Big Rock looks to China for suds sales
One day, Grasshopper wheat ale and Traditional may be on tap in Beijing and Shanghai.
With a growing craft beer market in China, local brewery Big Rock is eager to explore what opportunities may be available in the nation of a billion people.
“We’ve had our beer sold in other parts of the world with great success and we’re thinking this could be a similar opportunity,” said Big Rock president Bill McKenzie, who is sending a consultant on next week’s trade mission to China.
“It’s very early in the stage. We want to learn a bit more about the Chinese market, we’re not experienced in the Chinese market, that’s why we’re sending a consultant over to get information on the distribution network, everything that is required to get the beer from Calgary to a beer consumer in Shanghai.”
Next week in your Calgary Herald
How will China’s massive economic boom affect Calgarians? Next week, more than 70 local business leaders and delegates head to Beijing and Shanghai as part of Calgary Economic Development’s trade mission to China.
Read Calgary Herald senior editor Chris Varcoe’s reports next week from China as he follows the organization’s largest ever trade mission abroad.
Big Rock’s involvement with the Calgary Economic Development trip -its largest to the country with about 40 companies and organizations -shows a widening view of what opportunities the country may hold.
“Craft beers are growing throughout the world,” McKenzie said. “From what all reports we’re reading, the Chinese market is really looking for flavourful beers as well.
“We’re looking at what opportunities for the next decade, quartercentury, look like.”
China, with its surging economy and growing need for resources, has had an increasing interest in Alberta.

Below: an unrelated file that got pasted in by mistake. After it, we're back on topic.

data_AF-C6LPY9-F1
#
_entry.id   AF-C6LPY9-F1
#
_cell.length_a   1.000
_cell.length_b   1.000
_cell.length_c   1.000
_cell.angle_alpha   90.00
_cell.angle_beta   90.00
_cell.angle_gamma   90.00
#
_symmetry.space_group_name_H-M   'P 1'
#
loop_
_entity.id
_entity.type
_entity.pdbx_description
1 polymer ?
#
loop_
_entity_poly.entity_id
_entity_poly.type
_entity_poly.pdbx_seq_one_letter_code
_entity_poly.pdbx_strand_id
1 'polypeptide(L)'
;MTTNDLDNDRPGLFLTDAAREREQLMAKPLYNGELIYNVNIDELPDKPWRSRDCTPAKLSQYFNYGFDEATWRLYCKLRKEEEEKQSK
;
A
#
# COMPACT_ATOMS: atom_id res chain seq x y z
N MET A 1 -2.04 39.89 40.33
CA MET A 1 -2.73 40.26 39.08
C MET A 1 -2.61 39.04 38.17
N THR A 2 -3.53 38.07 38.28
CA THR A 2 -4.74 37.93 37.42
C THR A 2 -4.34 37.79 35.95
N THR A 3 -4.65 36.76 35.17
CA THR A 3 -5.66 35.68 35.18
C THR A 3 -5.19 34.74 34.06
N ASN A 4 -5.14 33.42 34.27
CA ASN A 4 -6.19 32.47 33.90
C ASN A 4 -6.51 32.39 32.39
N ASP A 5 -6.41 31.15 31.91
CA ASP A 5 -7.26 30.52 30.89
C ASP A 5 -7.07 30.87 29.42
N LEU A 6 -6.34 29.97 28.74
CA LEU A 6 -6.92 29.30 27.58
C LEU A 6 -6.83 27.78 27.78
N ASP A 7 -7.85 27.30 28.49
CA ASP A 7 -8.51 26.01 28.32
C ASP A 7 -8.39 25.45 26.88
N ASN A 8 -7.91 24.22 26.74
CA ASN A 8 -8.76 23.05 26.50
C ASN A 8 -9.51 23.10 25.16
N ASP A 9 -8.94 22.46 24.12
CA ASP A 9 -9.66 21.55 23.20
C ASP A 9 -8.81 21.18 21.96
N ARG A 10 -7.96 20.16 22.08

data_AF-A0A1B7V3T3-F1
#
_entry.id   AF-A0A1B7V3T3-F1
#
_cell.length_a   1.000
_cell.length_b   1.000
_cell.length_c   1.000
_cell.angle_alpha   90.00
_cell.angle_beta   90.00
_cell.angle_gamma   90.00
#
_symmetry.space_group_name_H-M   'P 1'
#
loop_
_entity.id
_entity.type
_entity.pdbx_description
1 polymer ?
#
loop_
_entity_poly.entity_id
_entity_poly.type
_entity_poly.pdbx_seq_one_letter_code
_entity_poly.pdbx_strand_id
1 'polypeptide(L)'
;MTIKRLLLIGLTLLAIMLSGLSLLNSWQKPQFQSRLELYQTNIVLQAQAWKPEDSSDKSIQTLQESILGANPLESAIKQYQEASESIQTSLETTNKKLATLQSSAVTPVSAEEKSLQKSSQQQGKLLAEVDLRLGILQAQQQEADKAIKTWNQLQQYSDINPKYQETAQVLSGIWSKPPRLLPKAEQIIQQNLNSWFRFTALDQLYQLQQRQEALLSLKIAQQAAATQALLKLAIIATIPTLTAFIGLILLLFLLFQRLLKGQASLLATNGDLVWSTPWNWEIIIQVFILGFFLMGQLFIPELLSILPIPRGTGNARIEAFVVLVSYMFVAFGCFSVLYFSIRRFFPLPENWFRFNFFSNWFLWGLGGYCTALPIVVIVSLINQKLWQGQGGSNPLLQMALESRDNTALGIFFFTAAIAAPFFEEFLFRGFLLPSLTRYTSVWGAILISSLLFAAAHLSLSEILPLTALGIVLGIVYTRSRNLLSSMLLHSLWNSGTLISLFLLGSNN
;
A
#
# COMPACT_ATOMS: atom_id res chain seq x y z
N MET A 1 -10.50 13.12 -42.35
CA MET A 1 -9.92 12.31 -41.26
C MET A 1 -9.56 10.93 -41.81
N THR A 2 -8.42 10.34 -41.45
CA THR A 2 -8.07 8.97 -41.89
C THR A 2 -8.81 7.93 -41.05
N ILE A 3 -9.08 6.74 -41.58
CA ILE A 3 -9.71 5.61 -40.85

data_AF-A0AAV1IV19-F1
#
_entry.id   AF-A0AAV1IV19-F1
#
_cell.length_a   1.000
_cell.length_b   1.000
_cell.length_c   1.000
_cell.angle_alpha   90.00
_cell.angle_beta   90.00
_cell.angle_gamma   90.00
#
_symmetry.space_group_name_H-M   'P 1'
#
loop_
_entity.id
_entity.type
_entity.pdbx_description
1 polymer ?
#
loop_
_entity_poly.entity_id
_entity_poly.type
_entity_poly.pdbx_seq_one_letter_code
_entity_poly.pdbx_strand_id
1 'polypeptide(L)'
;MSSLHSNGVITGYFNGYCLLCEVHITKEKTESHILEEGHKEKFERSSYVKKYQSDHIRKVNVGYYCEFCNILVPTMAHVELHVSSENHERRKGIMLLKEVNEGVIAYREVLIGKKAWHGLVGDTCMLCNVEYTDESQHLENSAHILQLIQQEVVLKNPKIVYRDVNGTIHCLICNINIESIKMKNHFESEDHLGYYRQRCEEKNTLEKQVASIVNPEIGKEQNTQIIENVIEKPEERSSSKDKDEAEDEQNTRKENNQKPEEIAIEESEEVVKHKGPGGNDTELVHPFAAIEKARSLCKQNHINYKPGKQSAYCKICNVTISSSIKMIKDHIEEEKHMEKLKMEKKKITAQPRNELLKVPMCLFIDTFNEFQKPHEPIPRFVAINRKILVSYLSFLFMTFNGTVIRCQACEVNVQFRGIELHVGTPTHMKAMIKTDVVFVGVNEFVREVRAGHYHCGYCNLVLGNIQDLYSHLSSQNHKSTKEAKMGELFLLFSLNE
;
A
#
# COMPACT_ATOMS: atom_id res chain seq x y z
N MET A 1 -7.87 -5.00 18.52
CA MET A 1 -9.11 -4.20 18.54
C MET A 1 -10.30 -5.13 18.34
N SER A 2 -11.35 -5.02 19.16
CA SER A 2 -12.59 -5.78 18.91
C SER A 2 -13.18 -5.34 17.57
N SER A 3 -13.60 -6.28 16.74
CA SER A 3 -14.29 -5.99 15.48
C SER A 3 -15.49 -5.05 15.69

Over the past two years, Chinese companies have invested more than $20 billion in the province, including Sinopec’s almost $5-billion stake in Syncrude and PetroChina’s $4.5-billion interest in Encana’s natural gas ventures, while the Bank of China is opening an office in Calgary.
David Lefebvre, corporate finance and mergers and acquisitions with Gowlings, said Chinese companies are becoming very important clients. “As the Chinese economy continues to grow they will only become more important,” he said of the decision of his firm, which is opening an office in Beijing, to join the trip. “And what we’re starting to see is more Canadian companies interested in doing things in China as well, or joint venturing with Chinese companies.
“So there’s just an incredible amount of work.”
Marketing what’s available in Calary in terms of services and technolgy is vital, Lefebvre added.
Bennett Jones’ Martin Kratz, head of its intellectual property group, agrees. “We see that Chinese businesses are going to be both a recipient of our clients’ intellectual property and we have concerns to ensure that our clients’ intellectual property is protected and enforceable in China,” he said.
“And we see that Chinese companies will be looking to establish in North America and we want to assist them if they do that.”
Both Mayor Naheed Nenshi and provincial Finance Minister Lloyd Snelgrove are joining the mission, which attending businesses say will help open doors and give them access to officials who might have been otherwise unavailable.
While many delegates going are tied to oil and gas, there is also a strong tourism contingent hoping to capitalize on China’s decision to award Canada approved destination status.
Alida Visbach, CEO of Heritage Park, said it’s important for Calgary attractions to show that the city is more than just a gateway to the mountains.
“Our motivation is to be one of the first major centres to go and meet with key tourism operators in China so we’re at the forefront of their minds,” she said of the seven tourism organizations joining the mission.
“As Calgary, it is important that we position ourselves as more than a gateway. Calgary itself is a destination.”
The mission will be in China between May 24 and May 31, and will include an investment symposium.